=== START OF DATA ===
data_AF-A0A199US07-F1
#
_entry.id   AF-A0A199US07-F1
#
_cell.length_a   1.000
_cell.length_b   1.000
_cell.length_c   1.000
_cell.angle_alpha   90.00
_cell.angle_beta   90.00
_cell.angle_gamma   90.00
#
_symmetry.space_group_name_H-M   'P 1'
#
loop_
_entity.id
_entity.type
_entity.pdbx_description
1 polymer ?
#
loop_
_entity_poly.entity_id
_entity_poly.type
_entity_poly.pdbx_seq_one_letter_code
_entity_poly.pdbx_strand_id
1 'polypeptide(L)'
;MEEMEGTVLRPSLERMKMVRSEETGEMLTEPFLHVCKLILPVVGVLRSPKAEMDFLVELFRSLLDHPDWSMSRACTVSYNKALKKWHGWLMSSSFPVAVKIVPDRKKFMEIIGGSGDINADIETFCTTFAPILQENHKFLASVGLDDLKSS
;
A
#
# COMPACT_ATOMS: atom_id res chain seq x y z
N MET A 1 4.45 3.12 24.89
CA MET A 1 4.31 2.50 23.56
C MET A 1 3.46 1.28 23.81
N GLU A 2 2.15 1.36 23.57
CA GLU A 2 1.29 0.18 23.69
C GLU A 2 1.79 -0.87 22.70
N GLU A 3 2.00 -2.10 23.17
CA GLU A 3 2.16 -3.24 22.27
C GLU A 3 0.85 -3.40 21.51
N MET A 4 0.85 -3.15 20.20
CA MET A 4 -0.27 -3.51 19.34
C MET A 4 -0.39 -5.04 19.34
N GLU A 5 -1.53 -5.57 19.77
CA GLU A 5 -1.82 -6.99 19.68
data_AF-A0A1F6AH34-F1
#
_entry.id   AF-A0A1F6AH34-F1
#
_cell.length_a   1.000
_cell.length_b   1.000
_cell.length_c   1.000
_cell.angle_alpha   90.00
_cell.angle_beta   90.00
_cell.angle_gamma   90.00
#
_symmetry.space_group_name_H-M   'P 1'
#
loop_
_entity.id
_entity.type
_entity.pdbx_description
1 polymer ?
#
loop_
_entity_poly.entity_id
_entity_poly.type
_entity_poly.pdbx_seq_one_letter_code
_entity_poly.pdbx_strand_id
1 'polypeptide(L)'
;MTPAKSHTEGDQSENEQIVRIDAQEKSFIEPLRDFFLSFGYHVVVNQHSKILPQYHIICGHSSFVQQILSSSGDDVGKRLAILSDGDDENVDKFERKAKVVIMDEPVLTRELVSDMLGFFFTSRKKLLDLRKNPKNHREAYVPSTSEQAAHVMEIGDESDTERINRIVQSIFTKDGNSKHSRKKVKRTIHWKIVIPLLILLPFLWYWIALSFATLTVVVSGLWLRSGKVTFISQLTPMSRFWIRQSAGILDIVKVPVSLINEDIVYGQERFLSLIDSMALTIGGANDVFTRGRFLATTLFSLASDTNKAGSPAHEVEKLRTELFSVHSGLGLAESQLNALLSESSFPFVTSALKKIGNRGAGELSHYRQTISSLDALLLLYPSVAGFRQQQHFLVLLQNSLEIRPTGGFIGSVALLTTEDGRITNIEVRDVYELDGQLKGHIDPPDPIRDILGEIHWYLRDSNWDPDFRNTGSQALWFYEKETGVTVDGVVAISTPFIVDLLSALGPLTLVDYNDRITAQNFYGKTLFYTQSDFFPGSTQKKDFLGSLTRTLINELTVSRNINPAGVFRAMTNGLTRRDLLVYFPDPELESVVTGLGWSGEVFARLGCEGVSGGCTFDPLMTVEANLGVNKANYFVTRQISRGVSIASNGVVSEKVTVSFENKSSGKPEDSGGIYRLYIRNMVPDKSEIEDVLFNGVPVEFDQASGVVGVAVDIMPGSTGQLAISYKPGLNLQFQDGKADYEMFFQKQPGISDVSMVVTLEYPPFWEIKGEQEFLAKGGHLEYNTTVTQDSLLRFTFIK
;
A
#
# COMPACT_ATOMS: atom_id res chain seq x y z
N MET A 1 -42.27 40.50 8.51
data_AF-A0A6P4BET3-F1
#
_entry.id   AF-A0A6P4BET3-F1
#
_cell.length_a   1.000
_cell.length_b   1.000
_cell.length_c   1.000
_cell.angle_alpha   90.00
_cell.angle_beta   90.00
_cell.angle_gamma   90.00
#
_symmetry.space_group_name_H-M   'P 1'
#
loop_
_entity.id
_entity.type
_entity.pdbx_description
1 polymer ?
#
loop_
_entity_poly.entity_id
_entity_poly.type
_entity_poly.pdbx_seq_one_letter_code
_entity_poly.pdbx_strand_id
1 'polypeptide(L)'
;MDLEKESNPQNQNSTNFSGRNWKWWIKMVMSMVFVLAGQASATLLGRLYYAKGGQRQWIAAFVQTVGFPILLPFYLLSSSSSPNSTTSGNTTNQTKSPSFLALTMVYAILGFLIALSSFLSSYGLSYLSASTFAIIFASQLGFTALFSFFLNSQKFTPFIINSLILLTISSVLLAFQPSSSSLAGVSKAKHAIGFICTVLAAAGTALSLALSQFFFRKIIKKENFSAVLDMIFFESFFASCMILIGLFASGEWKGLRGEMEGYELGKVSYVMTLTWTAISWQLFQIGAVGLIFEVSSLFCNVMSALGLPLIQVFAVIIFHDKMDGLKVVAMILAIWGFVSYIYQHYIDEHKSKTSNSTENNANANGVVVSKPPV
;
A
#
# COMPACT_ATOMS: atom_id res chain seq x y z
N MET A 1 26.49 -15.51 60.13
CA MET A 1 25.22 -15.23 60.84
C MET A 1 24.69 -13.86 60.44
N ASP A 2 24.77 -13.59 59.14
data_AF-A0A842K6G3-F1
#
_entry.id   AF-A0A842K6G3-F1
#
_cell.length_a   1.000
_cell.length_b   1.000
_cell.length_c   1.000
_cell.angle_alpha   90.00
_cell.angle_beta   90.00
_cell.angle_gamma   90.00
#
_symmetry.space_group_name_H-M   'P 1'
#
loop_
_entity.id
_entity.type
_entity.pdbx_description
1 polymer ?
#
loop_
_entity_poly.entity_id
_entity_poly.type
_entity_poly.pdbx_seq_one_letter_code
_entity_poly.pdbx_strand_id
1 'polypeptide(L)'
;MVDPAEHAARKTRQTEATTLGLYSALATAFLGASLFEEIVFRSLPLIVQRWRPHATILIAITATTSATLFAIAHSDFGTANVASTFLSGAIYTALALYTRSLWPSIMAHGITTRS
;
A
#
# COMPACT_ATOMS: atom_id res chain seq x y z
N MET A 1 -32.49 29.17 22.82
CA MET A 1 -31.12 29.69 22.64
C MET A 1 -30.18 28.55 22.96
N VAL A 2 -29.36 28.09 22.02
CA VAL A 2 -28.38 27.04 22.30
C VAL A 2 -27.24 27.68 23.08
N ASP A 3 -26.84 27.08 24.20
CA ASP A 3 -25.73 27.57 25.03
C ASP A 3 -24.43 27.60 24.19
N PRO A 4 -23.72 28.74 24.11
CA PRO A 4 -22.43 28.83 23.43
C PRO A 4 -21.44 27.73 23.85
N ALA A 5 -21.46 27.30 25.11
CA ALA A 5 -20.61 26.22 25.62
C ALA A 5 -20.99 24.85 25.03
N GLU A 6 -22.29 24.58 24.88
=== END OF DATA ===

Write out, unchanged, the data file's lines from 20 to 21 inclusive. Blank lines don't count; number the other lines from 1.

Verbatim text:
loop_
_entity_poly.entity_id